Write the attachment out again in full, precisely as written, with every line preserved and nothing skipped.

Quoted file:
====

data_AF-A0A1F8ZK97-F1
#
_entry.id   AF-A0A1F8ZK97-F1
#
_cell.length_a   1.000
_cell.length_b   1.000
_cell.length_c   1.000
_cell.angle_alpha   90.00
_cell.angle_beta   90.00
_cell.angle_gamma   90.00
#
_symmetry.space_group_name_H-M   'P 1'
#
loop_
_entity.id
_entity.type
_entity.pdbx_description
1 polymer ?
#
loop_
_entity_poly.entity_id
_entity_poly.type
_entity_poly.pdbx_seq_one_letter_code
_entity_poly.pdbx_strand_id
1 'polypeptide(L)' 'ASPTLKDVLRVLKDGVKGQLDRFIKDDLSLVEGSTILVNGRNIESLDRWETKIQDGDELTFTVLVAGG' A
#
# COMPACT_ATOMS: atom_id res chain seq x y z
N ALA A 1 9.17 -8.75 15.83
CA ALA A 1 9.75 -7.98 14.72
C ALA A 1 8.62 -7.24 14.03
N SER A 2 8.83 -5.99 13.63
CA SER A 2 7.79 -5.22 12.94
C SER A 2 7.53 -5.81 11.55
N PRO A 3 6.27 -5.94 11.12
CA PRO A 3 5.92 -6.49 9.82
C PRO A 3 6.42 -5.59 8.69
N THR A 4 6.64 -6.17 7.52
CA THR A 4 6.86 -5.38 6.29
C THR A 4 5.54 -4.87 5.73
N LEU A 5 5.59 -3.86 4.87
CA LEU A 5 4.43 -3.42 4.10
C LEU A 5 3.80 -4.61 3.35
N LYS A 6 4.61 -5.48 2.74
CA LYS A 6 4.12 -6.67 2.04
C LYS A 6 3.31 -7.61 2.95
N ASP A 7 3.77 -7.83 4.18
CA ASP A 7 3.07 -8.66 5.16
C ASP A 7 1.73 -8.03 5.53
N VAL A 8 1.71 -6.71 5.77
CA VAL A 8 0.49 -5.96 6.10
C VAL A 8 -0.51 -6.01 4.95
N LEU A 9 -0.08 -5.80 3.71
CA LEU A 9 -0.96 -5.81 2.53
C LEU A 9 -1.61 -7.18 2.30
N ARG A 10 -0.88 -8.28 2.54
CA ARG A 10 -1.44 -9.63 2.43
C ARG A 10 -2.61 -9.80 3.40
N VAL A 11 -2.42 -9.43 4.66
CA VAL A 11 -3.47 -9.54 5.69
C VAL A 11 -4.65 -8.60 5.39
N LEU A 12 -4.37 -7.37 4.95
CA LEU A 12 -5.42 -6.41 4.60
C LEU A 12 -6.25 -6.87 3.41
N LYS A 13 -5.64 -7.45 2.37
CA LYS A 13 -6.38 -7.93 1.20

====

data_AF-A0A1F8ZK97-F1
#
_entry.id   AF-A0A1F8ZK97-F1
#
_cell.length_a   1.000
_cell.length_b   1.000
_cell.length_c   1.000
_cell.angle_alpha   90.00
_cell.angle_beta   90.00
_cell.angle_gamma   90.00
#
_symmetry.space_group_name_H-M   'P 1'
#
loop_
_entity.id
_entity.type
_entity.pdbx_description
1 polymer ?
#
loop_
_entity_poly.entity_id
_entity_poly.type
_entity_poly.pdbx_seq_one_letter_code
_entity_poly.pdbx_strand_id
1 'polypeptide(L)' 'ASPTLKDVLRVLKDGVKGQLDRFIKDDLSLVEGSTILVNGRNIESLDRWETKIQDGDELTFTVLVAGG' A
#
# COMPACT_ATOMS: atom_id res chain seq x y z
N ALA A 1 9.17 -8.75 15.83
CA ALA A 1 9.75 -7.98 14.72
C ALA A 1 8.62 -7.24 14.03
N SER A 2 8.83 -5.99 13.63
CA SER A 2 7.79 -5.22 12.94
C SER A 2 7.53 -5.81 11.55
N PRO A 3 6.27 -5.94 11.12
CA PRO A 3 5.92 -6.49 9.82
C PRO A 3 6.42 -5.59 8.69
N THR A 4 6.64 -6.17 7.52
CA THR A 4 6.86 -5.38 6.29
C THR A 4 5.54 -4.87 5.73
N LEU A 5 5.59 -3.86 4.87
CA LEU A 5 4.43 -3.42 4.10
C LEU A 5 3.80 -4.61 3.35
N LYS A 6 4.61 -5.48 2.74
CA LYS A 6 4.12 -6.67 2.04
C LYS A 6 3.31 -7.61 2.95
N ASP A 7 3.77 -7.83 4.18
CA ASP A 7 3.07 -8.66 5.16
C ASP A 7 1.73 -8.03 5.53
N VAL A 8 1.71 -6.71 5.77
CA VAL A 8 0.49 -5.96 6.10
C VAL A 8 -0.51 -6.01 4.95
N LEU A 9 -0.08 -5.80 3.71
CA LEU A 9 -0.96 -5.81 2.53
C LEU A 9 -1.61 -7.18 2.30
N ARG A 10 -0.88 -8.28 2.54
CA ARG A 10 -1.44 -9.63 2.43
C ARG A 10 -2.61 -9.80 3.40
N VAL A 11 -2.42 -9.43 4.66
CA VAL A 11 -3.47 -9.54 5.69
C VAL A 11 -4.65 -8.60 5.39
N LEU A 12 -4.37 -7.37 4.95
CA LEU A 12 -5.42 -6.41 4.60
C LEU A 12 -6.25 -6.87 3.41
N LYS A 13 -5.64 -7.45 2.37
CA LYS A 13 -6.38 -7.93 1.20